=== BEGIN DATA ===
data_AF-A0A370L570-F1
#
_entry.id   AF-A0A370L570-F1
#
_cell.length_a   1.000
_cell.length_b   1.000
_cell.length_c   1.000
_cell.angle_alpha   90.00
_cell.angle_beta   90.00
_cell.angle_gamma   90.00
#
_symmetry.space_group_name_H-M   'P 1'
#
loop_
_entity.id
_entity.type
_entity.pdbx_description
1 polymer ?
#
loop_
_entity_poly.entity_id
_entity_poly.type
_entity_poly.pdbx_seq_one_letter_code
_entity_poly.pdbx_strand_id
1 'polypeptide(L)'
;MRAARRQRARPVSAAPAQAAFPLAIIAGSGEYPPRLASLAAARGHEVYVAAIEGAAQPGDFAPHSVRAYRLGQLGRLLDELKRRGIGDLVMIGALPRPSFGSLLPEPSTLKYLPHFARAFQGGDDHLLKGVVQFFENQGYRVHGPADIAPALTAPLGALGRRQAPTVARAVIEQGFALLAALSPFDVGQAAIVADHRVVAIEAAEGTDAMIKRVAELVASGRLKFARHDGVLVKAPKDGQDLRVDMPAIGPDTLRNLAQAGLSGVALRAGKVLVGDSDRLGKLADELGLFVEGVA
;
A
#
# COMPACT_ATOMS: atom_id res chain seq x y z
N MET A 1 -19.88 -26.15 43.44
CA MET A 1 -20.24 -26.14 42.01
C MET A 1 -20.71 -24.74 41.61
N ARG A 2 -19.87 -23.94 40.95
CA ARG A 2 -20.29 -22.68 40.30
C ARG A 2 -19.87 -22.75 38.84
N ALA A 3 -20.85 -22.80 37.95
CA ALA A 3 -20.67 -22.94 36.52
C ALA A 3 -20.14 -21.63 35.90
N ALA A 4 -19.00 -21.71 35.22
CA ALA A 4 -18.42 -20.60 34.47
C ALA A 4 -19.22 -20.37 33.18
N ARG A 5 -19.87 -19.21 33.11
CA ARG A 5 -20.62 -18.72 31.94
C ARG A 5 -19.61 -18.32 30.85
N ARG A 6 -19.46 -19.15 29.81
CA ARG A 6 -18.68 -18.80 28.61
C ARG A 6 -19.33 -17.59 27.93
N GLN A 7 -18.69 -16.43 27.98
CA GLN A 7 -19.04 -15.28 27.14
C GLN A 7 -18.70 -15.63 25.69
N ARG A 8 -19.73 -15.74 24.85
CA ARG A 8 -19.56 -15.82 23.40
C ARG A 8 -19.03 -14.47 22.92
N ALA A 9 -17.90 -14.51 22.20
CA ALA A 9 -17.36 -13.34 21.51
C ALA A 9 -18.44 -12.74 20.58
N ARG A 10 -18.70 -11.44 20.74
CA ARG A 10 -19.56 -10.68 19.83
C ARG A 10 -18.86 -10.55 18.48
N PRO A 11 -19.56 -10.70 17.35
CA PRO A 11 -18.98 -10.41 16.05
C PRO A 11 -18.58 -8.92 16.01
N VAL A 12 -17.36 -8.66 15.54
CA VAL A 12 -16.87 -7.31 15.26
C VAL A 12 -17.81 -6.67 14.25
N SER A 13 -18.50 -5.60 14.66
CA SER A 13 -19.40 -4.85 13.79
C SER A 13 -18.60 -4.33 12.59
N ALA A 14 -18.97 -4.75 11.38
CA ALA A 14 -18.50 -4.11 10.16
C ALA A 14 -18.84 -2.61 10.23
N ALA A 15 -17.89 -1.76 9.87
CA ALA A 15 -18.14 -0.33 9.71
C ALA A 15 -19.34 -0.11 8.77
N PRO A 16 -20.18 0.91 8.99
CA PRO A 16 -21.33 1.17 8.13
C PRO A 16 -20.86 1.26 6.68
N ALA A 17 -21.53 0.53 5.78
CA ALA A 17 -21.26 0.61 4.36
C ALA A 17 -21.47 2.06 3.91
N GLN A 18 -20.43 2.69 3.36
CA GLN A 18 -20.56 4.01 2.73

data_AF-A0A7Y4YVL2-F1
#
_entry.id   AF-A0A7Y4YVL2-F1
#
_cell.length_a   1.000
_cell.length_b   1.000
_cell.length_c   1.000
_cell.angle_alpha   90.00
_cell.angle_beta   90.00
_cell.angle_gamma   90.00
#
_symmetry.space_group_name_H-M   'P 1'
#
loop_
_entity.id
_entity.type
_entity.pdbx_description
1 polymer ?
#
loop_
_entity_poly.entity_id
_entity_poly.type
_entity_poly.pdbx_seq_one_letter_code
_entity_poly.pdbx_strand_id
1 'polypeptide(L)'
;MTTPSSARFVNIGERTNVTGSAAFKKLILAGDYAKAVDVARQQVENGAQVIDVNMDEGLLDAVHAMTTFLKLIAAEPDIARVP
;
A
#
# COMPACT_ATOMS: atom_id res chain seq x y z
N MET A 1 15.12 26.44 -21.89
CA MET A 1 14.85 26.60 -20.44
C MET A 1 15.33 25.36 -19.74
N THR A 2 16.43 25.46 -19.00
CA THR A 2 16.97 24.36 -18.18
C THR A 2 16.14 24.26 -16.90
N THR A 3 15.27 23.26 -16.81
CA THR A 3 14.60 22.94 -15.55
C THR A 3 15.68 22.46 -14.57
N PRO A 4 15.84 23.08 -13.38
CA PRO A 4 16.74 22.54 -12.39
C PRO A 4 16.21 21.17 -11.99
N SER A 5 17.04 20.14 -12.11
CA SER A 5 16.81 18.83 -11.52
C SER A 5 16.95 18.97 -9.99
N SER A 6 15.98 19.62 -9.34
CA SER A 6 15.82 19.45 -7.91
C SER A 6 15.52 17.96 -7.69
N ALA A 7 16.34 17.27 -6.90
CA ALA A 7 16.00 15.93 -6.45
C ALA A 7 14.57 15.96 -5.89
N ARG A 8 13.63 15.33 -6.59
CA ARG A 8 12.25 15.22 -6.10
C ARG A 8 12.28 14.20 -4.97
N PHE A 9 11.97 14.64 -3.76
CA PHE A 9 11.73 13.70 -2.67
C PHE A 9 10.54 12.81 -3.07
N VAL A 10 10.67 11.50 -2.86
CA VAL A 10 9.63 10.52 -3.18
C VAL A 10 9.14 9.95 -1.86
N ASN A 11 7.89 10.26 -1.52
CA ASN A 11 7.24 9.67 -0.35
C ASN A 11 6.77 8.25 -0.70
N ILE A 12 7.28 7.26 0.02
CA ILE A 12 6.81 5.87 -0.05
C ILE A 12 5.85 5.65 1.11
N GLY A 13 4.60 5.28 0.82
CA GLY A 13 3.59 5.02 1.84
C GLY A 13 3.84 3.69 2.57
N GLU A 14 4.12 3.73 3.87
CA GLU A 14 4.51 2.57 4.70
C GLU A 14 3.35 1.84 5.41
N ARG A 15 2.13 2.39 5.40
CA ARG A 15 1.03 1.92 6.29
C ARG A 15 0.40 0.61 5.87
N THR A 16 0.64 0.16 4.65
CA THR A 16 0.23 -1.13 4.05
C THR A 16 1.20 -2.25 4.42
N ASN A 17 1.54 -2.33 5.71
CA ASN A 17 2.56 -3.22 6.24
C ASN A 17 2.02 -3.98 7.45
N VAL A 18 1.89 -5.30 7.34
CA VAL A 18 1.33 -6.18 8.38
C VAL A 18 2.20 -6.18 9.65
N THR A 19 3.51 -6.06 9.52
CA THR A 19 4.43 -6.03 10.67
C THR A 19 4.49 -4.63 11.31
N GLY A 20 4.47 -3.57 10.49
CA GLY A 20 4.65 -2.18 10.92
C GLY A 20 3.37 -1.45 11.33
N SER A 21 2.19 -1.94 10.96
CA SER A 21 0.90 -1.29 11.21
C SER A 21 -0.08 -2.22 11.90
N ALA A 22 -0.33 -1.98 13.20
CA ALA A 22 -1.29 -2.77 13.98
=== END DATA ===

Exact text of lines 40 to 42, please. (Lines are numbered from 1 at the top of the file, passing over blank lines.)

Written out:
N ALA A 4 -19.00 -21.71 35.22
CA ALA A 4 -18.42 -20.60 34.47
C ALA A 4 -19.22 -20.37 33.18